Definition of adrift in English:



  • 1(of a boat or its passengers) floating without being either moored or steered.

    ‘a cargo ship went adrift’
    ‘the seamen are adrift in lifeboats’
    • ‘Australian authorities have found no signs of foul play aboard a Taiwanese fishing boat found adrift and abandoned off western Australia.’
    • ‘Both are about a teenage boy adrift in a boat with a tiger after a shipwreck.’
    • ‘Mother and son are cast adrift but rescued by Jupiter and, after Perseus has completed his tasks, he kills Acrisius by accident.’
    • ‘Morgana is imprisoned and Eric loses his hand before being cast adrift in the North Sea.’
    • ‘Yet he cannot even run his own department; while the captain of the ship squabbles with his crew below deck, the vessel is adrift and rudderless.’
    • ‘His boat Brittany Rose was cast adrift, according to the Ocean Rowing Society.’
    • ‘Tragically, his boat was later found adrift, no sign of him on board, and in a filthy cabin were the insane diary entries of one who had clearly lost his mind.’
    • ‘In 1789, the first mate of the Bounty, Fletcher Christian, had cast Captain Bligh and 18 others adrift in an open boat.’
    • ‘To appease the gods, the king put his daughter, Princess Devi, in a boat and cast it adrift.’
    • ‘Pandosto seizes the infant Fawnia, casts her adrift in an open boat, and tries Bellaria for adultery and treason.’
    • ‘The crew mutinied soon after leaving Tahiti, casting Bligh and 18 of the crew adrift in a small boat with little food and water.’
    • ‘Five of them were recovered after four hours adrift by another dive boat and the other two by fishermen.’
    • ‘The second boat then came adrift, floating down the river ablaze.’
    • ‘They were discovered on board by the crew and cast adrift on a life raft.’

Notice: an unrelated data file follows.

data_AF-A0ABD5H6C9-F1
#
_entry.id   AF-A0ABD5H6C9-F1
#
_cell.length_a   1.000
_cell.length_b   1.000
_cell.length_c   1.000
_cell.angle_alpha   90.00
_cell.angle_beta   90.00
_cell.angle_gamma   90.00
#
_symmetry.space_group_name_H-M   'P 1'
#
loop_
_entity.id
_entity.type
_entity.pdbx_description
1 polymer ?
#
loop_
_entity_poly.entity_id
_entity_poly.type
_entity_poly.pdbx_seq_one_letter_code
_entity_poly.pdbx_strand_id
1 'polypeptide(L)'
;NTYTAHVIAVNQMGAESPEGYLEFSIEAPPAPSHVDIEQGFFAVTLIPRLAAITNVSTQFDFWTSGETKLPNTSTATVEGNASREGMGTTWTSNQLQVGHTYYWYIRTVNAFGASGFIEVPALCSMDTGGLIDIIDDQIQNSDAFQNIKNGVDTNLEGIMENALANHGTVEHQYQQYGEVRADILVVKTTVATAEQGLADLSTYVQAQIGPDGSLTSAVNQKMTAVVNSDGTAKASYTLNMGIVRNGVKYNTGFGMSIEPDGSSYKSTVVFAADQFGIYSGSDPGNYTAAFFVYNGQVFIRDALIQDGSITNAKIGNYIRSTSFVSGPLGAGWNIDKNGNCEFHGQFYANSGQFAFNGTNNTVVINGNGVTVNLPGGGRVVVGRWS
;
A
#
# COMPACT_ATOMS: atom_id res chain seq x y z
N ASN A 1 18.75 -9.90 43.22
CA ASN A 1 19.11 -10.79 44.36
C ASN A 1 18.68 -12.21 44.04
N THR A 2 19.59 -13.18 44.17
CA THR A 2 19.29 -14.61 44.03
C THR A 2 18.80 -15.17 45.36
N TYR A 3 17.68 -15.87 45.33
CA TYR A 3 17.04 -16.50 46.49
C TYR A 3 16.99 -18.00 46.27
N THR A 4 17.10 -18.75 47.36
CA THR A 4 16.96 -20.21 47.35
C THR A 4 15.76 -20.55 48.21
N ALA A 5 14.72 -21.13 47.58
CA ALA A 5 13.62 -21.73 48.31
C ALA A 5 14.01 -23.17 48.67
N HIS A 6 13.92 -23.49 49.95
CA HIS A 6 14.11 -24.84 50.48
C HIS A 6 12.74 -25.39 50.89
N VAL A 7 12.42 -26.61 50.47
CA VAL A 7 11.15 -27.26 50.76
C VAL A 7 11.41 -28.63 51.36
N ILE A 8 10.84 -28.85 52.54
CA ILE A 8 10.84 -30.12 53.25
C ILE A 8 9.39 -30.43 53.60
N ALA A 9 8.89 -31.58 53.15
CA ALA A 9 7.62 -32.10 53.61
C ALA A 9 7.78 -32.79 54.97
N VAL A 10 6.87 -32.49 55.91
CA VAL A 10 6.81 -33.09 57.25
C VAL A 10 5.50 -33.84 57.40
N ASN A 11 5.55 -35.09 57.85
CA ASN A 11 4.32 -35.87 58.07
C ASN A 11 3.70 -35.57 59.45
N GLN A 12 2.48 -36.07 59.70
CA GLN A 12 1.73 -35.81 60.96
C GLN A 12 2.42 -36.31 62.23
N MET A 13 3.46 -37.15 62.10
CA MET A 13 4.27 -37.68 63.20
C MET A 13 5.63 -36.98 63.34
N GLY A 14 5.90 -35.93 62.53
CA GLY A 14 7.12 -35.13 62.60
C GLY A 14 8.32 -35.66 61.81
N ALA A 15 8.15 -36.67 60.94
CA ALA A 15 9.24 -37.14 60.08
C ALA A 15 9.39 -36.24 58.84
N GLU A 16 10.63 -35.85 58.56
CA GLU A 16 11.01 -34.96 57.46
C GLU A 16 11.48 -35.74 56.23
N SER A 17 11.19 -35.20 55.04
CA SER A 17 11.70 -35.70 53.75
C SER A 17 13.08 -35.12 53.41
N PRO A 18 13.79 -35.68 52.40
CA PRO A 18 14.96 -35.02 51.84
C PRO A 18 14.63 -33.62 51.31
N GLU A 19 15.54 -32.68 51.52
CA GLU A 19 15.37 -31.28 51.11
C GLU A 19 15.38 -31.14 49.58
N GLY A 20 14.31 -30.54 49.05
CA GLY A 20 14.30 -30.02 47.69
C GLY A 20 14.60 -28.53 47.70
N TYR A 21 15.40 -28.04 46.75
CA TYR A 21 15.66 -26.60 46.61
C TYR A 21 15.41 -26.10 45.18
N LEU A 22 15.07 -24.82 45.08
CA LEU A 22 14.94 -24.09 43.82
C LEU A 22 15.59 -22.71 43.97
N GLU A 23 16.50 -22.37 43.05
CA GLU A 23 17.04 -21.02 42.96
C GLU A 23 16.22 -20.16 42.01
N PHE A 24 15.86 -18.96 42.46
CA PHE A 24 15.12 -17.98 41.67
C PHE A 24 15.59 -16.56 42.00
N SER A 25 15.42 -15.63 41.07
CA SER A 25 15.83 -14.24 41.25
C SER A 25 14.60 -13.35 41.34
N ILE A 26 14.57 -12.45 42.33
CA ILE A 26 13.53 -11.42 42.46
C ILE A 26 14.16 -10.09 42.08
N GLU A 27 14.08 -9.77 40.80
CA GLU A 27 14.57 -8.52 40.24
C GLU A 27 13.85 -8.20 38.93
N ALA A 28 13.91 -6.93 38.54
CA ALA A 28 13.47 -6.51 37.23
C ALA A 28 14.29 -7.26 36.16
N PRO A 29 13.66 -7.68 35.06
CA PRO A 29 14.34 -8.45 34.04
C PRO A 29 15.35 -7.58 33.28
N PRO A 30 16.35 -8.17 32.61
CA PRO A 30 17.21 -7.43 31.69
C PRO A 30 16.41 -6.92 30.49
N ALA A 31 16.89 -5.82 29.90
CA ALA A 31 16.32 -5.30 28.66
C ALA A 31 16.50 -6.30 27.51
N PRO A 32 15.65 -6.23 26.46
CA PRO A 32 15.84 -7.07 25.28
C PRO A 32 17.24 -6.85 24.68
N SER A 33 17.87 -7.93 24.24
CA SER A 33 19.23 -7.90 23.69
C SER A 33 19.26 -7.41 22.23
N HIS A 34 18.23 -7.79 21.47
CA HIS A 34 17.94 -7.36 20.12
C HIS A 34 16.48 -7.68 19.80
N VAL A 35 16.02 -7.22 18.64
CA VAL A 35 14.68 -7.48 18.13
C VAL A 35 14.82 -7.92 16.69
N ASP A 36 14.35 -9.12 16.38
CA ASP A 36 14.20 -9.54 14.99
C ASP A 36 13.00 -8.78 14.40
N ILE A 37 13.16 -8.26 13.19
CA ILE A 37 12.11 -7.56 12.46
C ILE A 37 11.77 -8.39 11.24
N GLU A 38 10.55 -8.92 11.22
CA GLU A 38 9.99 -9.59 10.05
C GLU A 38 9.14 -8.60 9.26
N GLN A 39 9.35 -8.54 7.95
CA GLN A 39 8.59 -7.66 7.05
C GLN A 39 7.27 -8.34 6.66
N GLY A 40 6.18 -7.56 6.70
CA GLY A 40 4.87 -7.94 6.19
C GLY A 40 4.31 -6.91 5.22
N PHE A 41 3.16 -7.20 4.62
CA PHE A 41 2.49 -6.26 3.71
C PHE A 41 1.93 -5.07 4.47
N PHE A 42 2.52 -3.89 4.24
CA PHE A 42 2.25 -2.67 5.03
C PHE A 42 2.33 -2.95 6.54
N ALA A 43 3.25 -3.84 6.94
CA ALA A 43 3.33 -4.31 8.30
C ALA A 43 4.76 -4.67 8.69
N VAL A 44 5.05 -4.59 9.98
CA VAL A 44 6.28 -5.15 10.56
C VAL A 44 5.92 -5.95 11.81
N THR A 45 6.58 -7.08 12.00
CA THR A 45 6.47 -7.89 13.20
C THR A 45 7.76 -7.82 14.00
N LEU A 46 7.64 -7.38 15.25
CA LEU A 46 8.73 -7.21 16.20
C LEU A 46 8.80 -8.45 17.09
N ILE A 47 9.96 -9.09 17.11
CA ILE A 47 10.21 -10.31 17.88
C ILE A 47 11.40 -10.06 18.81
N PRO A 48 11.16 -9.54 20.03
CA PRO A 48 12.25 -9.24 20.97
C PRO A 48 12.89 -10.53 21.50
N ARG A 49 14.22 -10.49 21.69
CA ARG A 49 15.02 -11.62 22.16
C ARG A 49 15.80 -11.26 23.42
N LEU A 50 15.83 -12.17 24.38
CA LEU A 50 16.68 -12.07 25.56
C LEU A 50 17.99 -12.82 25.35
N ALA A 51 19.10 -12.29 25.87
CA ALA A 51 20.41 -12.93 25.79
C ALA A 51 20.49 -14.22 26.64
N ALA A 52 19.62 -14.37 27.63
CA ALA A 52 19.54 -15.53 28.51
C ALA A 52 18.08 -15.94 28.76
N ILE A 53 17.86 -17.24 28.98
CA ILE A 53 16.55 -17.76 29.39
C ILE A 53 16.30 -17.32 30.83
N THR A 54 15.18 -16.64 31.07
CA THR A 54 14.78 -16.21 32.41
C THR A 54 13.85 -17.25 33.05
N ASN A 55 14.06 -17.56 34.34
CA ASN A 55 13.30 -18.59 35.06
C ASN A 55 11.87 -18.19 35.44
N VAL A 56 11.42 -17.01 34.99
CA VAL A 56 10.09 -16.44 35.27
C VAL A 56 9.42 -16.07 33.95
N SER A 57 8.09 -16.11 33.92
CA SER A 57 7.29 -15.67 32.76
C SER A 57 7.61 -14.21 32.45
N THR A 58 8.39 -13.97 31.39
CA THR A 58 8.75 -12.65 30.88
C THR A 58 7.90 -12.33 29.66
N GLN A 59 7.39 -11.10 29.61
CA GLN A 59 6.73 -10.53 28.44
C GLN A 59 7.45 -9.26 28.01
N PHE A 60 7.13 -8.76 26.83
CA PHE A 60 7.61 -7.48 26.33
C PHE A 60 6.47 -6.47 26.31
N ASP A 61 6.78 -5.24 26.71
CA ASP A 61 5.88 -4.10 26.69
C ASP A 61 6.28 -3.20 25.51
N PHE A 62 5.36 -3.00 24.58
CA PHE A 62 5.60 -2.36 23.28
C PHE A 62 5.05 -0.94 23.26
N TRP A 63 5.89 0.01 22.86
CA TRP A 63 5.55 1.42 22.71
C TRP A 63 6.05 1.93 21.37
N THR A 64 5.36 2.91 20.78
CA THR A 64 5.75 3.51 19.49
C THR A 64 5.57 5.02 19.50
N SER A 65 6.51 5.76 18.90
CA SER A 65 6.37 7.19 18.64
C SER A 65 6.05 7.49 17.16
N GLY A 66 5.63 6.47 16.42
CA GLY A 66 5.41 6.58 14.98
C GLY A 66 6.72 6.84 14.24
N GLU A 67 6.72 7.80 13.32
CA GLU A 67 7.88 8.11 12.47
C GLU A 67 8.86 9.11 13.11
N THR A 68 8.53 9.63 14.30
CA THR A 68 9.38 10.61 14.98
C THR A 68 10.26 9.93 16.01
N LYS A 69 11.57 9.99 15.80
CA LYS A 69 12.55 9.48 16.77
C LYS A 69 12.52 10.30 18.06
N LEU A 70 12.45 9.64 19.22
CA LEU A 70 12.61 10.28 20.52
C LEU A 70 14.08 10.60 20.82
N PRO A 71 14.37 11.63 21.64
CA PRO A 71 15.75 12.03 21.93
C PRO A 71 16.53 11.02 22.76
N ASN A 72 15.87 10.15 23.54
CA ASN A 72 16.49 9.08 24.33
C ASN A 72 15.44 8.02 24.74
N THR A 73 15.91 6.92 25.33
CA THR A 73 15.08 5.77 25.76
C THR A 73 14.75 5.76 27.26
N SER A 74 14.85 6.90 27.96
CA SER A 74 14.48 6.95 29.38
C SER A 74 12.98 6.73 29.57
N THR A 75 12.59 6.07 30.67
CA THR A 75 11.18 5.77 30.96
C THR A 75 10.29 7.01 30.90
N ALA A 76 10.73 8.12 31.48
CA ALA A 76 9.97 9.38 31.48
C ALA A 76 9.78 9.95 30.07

• ‘Indeed, the vendetta seems aimed at the community also, for it has seen a deer fence cut and boats set adrift.’
    • ‘We were adrift in the Atlantic, the boat moving only with the rocking of the waves and when the rare puff of wind blew through our sails.’
    • ‘The crew had been cast adrift in a rubber boat Oct.29 and were not rescued until 11 days later.’
    • ‘The skipper and another person jumped into the water as someone cut the lines to the boat, setting it adrift in a 10-knot breeze.’
    • ‘Regardless, the following day, Bradley's body was found in his boat, adrift off the island that now bears his name, Bradley Key.’
    • ‘We are helplessly adrift and our current location is unknown.’
    drifting, unmoored, unanchored
    lost, off course, off track, off the right track, having lost one's bearings, disorientated, disoriented, confused, bewildered
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    1. 1.1Without purpose, direction, or guidance.
      ‘she found herself cast adrift in a land full of strangers’
      ‘the film industry was adrift in a sea of debt’
      • ‘He was adrift, proof that one's personal life is intertwined with the professional.’
      • ‘It pained me to leave her like this, but - but - I was adrift in a sea of uncertainty.’
      • ‘More than ever, and never more than at that moment, she found herself cast adrift in a land full of strangers, with strange ways and customs.’
      • ‘If adults are so adrift, what can they offer their children?’
      • ‘Based on my previous experience, many customers are adrift.’
      • ‘When he was young he had put glow in the dark stars all over the ceiling so when the lights were off the entire ceiling glowed and Joe felt like he was peacefully adrift among them.’
      lost, off course, off track, off the right track, having lost one's bearings, disorientated, disoriented, confused, bewildered
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    2. 1.2informal No longer fixed in position.
      ‘one of my fillings has come adrift’